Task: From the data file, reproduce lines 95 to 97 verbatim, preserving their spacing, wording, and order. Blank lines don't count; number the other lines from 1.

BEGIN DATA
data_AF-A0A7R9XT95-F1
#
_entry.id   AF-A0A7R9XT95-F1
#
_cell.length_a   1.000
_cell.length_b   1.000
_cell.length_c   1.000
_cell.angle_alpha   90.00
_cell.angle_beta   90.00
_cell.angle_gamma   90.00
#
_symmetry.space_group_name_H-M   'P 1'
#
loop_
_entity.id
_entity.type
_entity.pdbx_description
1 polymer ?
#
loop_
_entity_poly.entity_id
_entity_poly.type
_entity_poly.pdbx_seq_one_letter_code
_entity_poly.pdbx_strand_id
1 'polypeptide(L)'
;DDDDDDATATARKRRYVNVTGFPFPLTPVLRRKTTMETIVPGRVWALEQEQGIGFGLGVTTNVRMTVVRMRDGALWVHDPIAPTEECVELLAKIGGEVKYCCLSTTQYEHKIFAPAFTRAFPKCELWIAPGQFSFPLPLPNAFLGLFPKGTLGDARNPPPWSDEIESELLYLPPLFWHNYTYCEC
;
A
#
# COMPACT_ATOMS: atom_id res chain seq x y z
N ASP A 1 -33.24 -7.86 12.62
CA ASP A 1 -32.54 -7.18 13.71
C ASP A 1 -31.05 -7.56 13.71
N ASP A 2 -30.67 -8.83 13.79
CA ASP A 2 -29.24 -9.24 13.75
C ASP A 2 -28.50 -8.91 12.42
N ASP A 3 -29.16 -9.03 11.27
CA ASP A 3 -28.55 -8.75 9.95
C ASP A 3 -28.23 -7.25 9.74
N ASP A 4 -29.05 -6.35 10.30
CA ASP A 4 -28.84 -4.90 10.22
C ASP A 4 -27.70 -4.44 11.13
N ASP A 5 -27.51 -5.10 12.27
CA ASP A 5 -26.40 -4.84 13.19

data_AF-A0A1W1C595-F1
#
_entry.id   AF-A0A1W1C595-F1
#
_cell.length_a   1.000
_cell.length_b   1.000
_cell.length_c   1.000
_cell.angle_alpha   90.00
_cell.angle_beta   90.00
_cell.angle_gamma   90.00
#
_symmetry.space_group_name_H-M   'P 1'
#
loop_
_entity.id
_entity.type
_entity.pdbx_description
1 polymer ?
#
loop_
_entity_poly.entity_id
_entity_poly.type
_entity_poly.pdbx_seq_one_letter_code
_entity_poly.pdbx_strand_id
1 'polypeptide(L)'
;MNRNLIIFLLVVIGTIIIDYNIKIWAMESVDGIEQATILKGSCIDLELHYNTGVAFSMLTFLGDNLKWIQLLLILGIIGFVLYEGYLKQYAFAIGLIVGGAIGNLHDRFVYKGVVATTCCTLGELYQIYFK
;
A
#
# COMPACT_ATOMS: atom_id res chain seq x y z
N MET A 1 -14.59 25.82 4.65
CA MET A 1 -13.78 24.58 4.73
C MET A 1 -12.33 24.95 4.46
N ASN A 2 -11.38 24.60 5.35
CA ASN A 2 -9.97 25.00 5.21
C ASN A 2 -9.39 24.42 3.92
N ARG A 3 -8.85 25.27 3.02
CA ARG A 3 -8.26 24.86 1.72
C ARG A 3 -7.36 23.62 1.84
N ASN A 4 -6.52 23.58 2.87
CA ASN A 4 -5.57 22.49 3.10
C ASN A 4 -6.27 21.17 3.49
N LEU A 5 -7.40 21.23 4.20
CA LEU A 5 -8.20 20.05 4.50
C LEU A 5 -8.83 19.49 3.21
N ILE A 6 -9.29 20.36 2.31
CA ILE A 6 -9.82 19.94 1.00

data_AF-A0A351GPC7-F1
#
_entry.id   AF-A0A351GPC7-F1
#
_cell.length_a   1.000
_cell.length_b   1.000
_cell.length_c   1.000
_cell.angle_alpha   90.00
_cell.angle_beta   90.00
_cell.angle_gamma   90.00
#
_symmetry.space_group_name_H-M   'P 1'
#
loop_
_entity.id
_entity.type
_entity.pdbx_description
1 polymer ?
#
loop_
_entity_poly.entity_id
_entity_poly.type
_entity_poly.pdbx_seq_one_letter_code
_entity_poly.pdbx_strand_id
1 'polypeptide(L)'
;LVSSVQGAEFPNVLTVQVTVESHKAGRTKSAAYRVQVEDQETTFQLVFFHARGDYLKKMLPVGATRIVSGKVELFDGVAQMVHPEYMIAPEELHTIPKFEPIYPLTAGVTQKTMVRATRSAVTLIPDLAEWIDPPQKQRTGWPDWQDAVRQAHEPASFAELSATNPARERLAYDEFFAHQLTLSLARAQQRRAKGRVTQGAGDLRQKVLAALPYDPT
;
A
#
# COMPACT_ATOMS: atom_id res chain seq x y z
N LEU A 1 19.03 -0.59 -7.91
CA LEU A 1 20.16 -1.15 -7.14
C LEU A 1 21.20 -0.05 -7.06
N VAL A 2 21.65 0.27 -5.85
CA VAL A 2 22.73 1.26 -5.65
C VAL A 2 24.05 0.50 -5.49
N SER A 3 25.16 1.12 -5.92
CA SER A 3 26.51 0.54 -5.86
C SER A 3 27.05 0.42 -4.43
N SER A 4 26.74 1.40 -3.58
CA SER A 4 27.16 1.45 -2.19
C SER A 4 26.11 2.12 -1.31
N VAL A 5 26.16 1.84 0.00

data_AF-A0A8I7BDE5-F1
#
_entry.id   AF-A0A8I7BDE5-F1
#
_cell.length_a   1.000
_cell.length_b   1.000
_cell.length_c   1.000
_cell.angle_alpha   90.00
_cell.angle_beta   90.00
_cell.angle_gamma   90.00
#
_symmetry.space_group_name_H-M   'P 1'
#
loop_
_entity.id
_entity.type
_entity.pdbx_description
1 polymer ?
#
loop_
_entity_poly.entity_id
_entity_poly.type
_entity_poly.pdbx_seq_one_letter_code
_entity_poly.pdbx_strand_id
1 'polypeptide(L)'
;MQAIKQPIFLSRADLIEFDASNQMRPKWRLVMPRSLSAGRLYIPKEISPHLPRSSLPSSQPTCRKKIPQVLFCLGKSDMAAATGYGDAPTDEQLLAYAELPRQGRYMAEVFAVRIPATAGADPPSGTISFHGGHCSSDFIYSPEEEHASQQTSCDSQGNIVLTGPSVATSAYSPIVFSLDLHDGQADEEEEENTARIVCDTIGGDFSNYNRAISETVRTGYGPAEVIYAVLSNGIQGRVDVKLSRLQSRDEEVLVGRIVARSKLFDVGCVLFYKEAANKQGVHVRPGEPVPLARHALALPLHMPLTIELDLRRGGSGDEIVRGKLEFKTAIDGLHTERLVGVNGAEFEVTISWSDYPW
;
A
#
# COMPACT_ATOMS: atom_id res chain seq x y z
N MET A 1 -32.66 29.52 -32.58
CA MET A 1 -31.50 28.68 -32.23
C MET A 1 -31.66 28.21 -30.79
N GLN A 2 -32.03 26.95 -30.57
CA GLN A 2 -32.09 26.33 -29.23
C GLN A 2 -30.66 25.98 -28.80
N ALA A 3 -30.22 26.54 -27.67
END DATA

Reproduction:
#
_cell.length_a   1.000
_cell.length_b   1.000